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I'm trying to calculate the zoom percentage from a projection matrix. The following code works as long as the image isn't rotated:

void UpdateZoomPercent()
    var zoom = _projMatrix.M11 * glControl.Width / 2; // M11 is the top left value
    lblZoomPercent.Text = (zoom * 100).ToString("G3") + "%";

Essentially it just takes the X scale and then multiplies it out to the viewport. X an Y will always be scaled proportionally, so I don't need to look at Y. My scene is 2D.

How do I factor in rotation?

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up vote 2 down vote accepted

Consider a matrix of real values forming base of a cartesian coordinate system. Each column represents a base vector. In the case of a isometric zoom, all base vectors have the same length. Let C(M,n) denote the n-th column vector of matrix M, i.e. C(M,n) = M_n,j, then for a isometric zoom it would be len(C(M,0)) = len(C(M,1)) = len(C(M,…)), where len(v) = sqrt(v·v)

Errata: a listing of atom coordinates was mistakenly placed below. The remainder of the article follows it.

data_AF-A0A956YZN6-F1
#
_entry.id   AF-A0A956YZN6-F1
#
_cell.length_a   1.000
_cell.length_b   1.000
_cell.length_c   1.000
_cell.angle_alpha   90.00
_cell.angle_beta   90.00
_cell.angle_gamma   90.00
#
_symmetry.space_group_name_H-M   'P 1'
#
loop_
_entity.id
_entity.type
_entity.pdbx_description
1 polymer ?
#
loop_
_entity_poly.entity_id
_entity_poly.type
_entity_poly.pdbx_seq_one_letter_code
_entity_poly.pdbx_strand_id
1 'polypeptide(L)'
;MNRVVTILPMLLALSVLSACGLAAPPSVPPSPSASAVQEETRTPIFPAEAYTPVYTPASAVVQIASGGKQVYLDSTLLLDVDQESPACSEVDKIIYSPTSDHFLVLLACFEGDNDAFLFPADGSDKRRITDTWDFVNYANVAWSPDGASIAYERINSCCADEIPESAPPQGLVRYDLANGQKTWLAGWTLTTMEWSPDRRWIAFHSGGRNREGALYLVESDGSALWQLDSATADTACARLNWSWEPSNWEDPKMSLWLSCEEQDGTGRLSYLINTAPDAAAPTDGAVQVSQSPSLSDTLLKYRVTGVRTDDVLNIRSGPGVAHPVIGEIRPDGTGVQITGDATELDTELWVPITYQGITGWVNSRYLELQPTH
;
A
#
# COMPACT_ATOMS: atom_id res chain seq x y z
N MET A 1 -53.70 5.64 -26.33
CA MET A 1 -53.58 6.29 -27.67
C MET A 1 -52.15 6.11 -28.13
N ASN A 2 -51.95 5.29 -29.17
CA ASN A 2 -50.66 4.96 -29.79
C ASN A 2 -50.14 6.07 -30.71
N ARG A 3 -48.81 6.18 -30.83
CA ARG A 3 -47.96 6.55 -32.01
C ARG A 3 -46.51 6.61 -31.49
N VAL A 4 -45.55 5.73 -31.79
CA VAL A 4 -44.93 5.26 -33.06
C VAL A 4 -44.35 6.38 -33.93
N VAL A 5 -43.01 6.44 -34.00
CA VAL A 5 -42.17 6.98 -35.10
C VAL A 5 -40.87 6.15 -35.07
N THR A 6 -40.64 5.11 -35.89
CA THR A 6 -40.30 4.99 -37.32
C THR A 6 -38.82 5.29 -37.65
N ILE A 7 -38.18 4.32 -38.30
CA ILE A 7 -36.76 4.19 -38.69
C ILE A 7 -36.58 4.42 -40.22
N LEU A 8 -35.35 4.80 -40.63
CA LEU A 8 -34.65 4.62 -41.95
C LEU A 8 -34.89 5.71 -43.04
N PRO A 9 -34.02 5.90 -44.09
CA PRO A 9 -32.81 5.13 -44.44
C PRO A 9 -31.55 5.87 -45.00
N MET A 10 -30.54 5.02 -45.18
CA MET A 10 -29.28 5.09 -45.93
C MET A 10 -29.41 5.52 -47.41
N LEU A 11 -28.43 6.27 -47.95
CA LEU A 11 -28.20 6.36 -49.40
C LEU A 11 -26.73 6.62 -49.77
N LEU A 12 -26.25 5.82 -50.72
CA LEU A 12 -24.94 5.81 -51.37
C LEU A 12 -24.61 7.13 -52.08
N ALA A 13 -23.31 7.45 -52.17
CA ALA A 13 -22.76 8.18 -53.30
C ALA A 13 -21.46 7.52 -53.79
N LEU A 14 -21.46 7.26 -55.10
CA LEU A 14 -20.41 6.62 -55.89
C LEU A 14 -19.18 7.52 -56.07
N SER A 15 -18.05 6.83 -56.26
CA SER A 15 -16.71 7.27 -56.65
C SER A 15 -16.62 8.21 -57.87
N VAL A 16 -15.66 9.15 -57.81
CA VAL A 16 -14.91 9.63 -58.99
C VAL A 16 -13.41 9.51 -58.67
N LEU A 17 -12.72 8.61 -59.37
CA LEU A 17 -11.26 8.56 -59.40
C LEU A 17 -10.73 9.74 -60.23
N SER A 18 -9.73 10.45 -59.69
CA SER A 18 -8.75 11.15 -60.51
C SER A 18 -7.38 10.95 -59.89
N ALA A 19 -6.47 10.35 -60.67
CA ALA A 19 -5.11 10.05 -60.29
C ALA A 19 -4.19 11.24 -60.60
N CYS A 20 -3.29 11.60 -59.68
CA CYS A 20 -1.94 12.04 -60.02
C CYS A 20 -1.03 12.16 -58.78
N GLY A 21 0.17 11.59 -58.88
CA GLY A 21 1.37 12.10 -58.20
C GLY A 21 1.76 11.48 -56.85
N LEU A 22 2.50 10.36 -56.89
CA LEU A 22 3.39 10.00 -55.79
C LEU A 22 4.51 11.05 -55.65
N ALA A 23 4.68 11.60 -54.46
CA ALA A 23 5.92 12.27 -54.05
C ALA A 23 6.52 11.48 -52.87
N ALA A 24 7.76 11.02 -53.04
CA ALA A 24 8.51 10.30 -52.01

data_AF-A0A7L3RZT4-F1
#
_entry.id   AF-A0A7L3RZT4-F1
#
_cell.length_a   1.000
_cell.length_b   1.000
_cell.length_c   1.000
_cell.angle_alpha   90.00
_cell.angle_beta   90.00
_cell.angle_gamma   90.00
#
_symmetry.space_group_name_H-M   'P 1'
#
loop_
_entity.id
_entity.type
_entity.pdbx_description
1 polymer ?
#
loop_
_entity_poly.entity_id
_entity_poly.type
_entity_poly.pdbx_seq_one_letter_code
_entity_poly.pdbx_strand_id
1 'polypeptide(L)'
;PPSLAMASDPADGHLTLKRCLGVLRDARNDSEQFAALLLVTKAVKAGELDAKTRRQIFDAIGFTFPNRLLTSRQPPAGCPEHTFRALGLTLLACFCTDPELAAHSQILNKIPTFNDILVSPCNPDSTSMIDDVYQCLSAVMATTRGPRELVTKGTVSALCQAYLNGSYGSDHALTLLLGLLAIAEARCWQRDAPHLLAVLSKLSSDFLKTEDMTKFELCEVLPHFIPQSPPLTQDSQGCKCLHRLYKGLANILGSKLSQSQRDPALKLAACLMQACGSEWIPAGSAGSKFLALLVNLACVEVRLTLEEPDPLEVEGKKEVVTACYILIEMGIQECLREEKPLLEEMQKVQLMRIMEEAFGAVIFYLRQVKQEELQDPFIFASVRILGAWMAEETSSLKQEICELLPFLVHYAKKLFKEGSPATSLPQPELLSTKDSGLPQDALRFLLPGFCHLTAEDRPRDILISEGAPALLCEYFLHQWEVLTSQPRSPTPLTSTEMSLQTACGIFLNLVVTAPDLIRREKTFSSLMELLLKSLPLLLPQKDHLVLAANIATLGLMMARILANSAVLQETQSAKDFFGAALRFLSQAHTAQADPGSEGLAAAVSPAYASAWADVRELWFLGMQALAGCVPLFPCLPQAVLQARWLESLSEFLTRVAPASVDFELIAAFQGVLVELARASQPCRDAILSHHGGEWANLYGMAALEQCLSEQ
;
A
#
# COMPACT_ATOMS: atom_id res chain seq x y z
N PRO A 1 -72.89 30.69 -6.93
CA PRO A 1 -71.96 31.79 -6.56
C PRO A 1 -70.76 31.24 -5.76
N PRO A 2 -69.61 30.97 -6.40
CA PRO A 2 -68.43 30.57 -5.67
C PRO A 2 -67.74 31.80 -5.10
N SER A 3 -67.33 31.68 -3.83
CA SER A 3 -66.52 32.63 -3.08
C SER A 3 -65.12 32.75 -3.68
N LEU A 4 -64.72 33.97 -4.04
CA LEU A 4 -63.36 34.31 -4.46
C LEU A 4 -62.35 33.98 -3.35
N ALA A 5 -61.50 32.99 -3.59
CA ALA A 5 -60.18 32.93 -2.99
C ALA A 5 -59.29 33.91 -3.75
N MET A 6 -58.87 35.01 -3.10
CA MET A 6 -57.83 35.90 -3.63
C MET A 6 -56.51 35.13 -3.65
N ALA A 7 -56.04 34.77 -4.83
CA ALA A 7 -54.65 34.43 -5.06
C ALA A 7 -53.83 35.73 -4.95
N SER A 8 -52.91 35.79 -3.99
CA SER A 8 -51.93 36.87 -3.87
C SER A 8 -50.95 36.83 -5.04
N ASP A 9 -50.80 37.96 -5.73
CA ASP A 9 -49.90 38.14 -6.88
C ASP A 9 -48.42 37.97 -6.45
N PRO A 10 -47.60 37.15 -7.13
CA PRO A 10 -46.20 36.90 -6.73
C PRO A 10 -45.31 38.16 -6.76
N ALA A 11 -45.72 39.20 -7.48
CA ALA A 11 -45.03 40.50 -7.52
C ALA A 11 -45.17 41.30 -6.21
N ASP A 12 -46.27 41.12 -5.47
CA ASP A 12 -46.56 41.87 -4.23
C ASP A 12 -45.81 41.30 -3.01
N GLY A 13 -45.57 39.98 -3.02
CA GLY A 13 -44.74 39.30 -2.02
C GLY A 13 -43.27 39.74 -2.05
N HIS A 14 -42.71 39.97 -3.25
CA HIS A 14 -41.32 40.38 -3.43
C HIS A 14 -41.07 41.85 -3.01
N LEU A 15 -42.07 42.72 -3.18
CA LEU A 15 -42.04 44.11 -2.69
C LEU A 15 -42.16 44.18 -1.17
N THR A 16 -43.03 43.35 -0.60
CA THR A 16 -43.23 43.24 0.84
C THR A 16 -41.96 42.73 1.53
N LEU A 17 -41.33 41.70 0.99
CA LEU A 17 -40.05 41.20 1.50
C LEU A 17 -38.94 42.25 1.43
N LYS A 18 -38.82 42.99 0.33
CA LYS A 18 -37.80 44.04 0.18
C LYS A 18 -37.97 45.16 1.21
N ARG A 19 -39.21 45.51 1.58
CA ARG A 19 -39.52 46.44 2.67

In the case of anisometric scaling the length of the base vectors would differ, which is what you can use to detect this situation.

In computer graphics the matrices you encounter are homogenous to allow for a single matrix to represent all possible transformations within the space they represent. Homogenous matrices have N+1 rows and columns, where N is the number of dimensions of the coordinate space represented by them. By convention (at least in all popular computer graphics software) the upper left part (i.e. M_i,j where i and j in 1…N, 1-based index) form the base vectors, while the Nth column and row form the homogenous part.

So in case of OpenGL you'd look at the upper left 3×3 submatrix as coordinate base vectors. And since OpenGL indexes column major order you don't have to reorder what's retrieved from OpenGL.

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I know about the "W" dimension, but I'm not quite sure what to do with the left-upper 3x3 submatrix (or 2x2, since we're working in 2D). M(0,0) and M(1,1) are used for both scaling and rotation, and I don't know how to to factor the rotation back out. – mpen Mar 10 '13 at 0:10
@Mark: You don't have to "factor out" the rotation. Just calculate the length of the submatrix's column vectors, which is the scaling factor. – datenwolf Mar 10 '13 at 0:40
Oh! I guess I wasn't following along. That works perfectly, thank you :-) – mpen Mar 10 '13 at 7:16

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